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Your 6 point plan to adventure planning

Planning that challenge – Part 2

Things can change rapidly: Your 6 point plan for planning will help!

In part 2 of our “Planning that challenge” series we now present your 6 point plan to adventure planning!

Previously we looked at  what you want to gain from the expedition, broke down the decision making into manageable chunks and assured that the whole planning process is fun (that’s beer and curry for me thanks)!

NOTE: this is a cut-down version of the blog appearing on the TGO magazine site from Friday!

We also covered the the sources of inspiration and advice you may get. So this time we’re going in depth, capturing 60 years of experience in expedition leading and condensing it down to a simple 6 point process.

At SplashMaps we meet the best map makers, attract the most stalwart of adventurers, and our friends and fans navigate the hills regularly.

Keeping everyone on the same page is essential

What to do?

So to the crunch! What should the challenge be? Over our curry, we considered a few criteria questions, like how long should it take? What time can we take out? What could we all do? How far do we want to travel to get to the start?
But for defining exactly what to do we looked to the best expertise we could find.

Meet our Silver Wolf

Neil Spencer, Silver Wolf and CBE; 60 years of leading

Neil Spencer is a Silver Wolf award winner in the Scouting movement. This accolade is the unrestricted gift of the Chief Scout (currently Bear Grylls), awarded for service of the most exceptional nature. Naturally Neil has enormous experience to draw upon, but it’s the Scouting principles that guided his advice. Unsurprisingly, “Be Prepared”, was the first among those principles. But his advice took me right back to the start again;

Print this off!

“The Group dynamic depends on everyone totally buying into the same concept,” began Neil. His advice comes from a lifetime (Neil is 76 and has always been in Scouting) of planning for diverse groups, meeting and helping the chronically unprepared, often in survival situations. My advice? Print this off!

Neil and freinds “back in the day”

The 6-point plan to planning!

1  Fix on a shared concept:

Is the idea to challenge ability and fitness, to push oneself to achieve some target or is it to relax and enjoy a time with friends? Buy-in here is essential. What does each individual want from the trip?

What does everyone want from the adventure?

2  Accommodate the needs of the slowest member:

Perhaps, if the group falls into two capability brackets, the option to have 2 Groups with 2 routes which intersect keeps all engaged and comfortable with the planned achievements.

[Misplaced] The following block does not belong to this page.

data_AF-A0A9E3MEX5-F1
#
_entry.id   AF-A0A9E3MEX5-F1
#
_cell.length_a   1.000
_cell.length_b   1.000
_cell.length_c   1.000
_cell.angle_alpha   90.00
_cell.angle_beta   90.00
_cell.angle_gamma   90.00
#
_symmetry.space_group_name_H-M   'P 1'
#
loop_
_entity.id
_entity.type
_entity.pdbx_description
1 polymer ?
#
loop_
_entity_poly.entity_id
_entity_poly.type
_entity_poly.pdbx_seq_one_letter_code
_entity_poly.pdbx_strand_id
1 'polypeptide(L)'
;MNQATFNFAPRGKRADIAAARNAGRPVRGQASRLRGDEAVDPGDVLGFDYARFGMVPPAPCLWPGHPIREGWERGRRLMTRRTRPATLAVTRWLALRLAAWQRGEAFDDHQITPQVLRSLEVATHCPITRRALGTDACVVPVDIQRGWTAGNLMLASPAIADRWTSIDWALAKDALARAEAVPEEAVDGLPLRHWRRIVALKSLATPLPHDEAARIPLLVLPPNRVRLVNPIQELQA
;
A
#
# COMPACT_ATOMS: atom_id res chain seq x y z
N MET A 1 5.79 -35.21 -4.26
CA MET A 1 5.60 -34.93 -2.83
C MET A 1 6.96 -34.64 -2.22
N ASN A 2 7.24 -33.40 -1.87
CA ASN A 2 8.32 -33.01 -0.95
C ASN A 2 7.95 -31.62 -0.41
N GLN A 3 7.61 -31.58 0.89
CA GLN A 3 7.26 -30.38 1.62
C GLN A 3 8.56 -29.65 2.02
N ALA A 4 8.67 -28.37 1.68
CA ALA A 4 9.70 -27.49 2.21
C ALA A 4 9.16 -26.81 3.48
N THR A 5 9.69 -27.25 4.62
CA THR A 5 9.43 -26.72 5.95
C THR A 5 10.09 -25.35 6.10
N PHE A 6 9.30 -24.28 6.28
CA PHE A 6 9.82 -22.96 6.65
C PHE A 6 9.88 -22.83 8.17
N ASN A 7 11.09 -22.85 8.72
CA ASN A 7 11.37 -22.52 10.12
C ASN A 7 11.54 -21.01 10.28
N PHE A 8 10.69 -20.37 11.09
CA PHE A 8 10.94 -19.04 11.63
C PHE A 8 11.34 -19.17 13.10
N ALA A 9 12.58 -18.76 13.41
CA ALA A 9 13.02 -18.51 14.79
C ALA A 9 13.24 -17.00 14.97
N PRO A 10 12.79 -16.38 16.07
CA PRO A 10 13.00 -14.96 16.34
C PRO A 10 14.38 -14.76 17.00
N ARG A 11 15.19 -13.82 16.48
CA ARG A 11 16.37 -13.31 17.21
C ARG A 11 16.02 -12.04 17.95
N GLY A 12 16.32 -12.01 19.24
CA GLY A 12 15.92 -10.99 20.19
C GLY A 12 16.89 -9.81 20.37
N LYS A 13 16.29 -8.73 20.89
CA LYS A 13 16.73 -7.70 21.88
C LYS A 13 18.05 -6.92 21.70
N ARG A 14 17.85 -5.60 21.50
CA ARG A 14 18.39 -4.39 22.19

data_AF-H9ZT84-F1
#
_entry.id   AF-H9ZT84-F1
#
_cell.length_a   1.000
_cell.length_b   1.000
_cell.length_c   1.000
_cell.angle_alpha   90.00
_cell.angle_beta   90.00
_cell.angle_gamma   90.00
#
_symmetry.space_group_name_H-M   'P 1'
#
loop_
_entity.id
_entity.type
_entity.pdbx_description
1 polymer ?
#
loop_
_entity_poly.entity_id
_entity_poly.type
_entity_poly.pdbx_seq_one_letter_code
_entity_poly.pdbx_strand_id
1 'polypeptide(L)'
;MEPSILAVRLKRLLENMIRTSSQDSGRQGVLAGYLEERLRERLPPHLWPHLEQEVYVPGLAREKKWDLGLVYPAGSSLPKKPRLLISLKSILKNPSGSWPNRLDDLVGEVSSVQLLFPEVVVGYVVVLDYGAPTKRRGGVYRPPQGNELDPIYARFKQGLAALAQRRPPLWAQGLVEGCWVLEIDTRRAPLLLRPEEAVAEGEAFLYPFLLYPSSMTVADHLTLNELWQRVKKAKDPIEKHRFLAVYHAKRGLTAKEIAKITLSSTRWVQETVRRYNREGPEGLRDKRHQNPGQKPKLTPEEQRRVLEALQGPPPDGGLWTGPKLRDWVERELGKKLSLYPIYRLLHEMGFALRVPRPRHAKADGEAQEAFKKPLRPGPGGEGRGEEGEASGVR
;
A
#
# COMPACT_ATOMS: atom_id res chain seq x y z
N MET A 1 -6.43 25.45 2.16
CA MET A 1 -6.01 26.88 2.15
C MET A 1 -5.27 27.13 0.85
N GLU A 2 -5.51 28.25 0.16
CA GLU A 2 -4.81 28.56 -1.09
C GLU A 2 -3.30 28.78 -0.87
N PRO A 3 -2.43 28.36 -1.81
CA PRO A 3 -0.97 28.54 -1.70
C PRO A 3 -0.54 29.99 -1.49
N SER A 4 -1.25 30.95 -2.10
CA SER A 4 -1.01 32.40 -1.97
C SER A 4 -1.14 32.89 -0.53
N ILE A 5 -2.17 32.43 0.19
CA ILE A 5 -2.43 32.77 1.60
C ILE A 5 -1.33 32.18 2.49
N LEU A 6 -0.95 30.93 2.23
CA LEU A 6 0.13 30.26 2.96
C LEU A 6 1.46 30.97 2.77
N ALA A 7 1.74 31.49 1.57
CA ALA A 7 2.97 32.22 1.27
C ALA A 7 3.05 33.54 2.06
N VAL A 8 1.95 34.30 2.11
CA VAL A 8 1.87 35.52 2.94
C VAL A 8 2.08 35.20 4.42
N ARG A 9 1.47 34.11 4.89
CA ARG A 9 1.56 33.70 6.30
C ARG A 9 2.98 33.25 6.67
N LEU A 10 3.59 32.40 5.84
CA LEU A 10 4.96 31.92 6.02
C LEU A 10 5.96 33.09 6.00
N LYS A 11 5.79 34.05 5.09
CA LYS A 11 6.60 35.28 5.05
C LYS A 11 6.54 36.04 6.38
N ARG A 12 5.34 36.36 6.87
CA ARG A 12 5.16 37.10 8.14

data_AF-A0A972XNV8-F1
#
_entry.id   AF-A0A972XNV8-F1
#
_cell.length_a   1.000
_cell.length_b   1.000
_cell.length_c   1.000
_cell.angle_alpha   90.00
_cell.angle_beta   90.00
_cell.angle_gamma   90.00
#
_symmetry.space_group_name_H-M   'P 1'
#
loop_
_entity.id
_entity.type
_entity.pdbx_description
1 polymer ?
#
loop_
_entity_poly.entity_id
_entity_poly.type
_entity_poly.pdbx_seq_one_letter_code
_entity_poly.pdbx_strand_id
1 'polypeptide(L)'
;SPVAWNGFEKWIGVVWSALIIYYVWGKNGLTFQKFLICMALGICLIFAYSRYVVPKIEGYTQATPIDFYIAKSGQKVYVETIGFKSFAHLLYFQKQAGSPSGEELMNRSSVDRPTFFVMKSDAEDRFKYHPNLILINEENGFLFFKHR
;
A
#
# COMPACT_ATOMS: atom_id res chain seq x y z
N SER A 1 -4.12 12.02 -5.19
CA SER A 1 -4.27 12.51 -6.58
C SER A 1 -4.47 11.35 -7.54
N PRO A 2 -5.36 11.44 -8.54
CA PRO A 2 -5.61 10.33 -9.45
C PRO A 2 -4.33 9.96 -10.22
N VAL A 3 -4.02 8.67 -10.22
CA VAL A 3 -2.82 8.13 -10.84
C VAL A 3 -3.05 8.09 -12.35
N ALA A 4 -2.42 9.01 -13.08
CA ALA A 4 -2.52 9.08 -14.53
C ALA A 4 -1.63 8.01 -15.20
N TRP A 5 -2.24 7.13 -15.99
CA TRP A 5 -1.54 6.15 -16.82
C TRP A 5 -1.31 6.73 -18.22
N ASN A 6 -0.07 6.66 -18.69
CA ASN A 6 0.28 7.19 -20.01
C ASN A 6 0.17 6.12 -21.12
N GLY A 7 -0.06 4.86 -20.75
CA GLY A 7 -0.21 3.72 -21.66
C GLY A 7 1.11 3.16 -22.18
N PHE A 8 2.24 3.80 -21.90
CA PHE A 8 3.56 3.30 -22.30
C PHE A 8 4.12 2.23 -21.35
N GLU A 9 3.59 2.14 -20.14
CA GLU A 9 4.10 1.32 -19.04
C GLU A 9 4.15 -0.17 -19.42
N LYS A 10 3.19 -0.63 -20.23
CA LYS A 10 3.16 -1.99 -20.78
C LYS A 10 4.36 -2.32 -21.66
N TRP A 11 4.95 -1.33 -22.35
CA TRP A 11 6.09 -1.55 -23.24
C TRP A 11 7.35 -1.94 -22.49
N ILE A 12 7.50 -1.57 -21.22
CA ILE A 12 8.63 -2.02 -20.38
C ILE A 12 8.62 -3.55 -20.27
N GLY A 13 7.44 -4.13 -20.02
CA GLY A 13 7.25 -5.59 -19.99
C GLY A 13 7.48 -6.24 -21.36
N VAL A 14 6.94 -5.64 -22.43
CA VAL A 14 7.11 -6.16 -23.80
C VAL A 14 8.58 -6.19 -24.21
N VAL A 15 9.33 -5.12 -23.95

3  Understand the map:

Ensure your route has escape plans in case of bad weather. The weather is not your friend. Assure participants are map and compass savvy. GPS is not always reliable in hills (Ed. paper maps can, too easily, get damaged and unreadable – consider a quality fabric map like a SplashMap).

Escape plans are discussed in advance of the venture to prevent those guys in yellow needing to dig you out!

4  Lead

Empathise with the group. Listen to ideas and concerns and meet individual needs. Trust in the leadership of the group allows all to adventure in confidence.

Trust in the leadership of the adventure boosts confidence

5  Kit decisions; Plan for the worst, hope for the best:

• The obvious kit list includes waterproofs, warm clothing (including gloves and hat), food and water, but often forgotten are the Scouting basics of a survival blanket, first aid kit, maps, compass and torch.

 

6  Stay in contact

• Take emergency contact measures seriously; mark the emergency landline locations on the map, keep a well charged mobile (not drained by use of GPS and movie making), AND register your phone number with the 999 emergency service so you can communicate via SMS when in trouble.

Neil knows, from over 4000 miles of long distance hill walking, solo or in groups, that the trick to a successful adventure is that “All members’ aims must be compatible from the start. The plan builds from that”

 

The conclusion

For us this now looks like a 2-day walking challenge based in Edale in the Peak District, covering sections of the Pennine way, Lady Bower lake. Day 1 challenge is up to 26 miles but incorporating shorter sections and escape options for the slower paced or conditions on the day. Day 2 a shorter walk for those that want and a range of alternative activities in the area for those with blisters!

What about yours?

Perhaps you’d draw the same conclusion? Maybe we’ll see you in the Peaks (23rd May)? It’s now time to add flesh to the bones. I’ll be using those experts and more desk based research following pages like Stotties Walks and some of our outdoors affiliate partners. Hope you’ll enjoy following our 2018 challenge as it develops!

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